It’s that time of year again. Those hot summer days when we find ourselves sweating from every pore, when our clothes cling to our skin and our hair sticks to our neck. When the air feels hot and stuffy, and the sun burns our skin. When we long to be able to spend the whole day in an air-conditioned room.

It’s not just the people in Switzerland who feel this way. In southern countries such as Italy, air-conditioning is already so widespread that it causes electricity consumption to rocket in the summer. In Switzerland, on the other hand, a heat wave has no significant impact on the management of the extra-high-voltage grid. In principle, the grid load during the summer is actually lower than in the winter. As a result, Swissgrid does not need to take any specific precautions for the summer or for potential heat waves.

In Switzerland, a heat wave has no significant impact on the management of the extra-high-voltage grid.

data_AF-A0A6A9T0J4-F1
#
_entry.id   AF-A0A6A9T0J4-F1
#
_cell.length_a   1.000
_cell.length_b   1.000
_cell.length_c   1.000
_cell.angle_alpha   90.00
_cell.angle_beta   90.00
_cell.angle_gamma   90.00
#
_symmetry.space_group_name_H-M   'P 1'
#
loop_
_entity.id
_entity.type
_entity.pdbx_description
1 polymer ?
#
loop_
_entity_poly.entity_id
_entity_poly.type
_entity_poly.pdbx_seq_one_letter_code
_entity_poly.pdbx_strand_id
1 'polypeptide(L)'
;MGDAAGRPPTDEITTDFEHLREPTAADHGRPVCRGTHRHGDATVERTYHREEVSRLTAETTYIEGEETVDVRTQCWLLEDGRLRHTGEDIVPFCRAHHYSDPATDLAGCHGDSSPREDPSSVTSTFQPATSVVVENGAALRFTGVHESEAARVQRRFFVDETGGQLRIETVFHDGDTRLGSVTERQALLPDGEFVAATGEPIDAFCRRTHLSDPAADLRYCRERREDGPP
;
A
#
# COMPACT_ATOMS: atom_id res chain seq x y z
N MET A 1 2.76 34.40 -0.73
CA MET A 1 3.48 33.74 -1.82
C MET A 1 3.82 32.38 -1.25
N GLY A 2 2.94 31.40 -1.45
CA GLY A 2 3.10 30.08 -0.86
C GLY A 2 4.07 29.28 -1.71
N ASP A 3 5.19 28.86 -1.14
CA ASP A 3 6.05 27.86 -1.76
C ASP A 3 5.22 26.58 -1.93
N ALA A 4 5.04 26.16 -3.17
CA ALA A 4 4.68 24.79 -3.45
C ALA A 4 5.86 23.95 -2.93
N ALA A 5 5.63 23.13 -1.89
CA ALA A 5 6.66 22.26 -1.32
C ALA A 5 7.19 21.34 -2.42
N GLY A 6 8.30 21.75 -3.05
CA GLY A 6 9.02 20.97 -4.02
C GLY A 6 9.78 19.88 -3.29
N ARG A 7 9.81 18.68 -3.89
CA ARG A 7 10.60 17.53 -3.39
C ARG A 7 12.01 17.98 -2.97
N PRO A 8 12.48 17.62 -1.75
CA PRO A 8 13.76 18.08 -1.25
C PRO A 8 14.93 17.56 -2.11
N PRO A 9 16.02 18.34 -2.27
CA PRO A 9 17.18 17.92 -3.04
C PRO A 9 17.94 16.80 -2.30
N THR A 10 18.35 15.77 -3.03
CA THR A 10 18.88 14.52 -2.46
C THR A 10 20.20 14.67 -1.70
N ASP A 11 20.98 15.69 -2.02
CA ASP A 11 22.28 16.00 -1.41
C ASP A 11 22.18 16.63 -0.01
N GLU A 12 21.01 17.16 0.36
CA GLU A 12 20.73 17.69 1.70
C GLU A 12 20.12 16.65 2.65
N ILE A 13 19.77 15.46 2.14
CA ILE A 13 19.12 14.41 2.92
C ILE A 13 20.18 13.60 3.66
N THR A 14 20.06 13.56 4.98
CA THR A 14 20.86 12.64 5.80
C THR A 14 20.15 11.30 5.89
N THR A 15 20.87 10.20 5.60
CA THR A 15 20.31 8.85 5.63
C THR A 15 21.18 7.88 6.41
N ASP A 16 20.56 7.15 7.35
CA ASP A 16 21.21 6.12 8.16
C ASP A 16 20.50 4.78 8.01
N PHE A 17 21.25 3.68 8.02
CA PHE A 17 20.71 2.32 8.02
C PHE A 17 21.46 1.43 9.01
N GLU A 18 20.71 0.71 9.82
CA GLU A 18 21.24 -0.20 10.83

The long hours of summer sunshine have an impact on electricity generation: photovoltaic plants produce more electrical energy. Solar energy does not simply flow into the extra-high-voltage grid, however, but is stored at lower grid levels, where it is often used again. Consequently, the electricity from photovoltaic plants is not injected directly into the Swissgrid grid. This means that the extra-high-voltage grid is only affected to a limited extent by the higher amounts of electricity generated by photovoltaic plants in the summer.

We humans are not the only ones to feel the heat – the high temperatures are perceptible on various elements of the extra-high-voltage grid. When carrying out grid calculations, Swissgrid therefore takes into account the varying loadability of the grid elements in line with seasonal requirements. This is not only true in the summer, but also regardless of heat waves or cold spells.


Stephanie Bos
Stephanie Bos

Communication Manager

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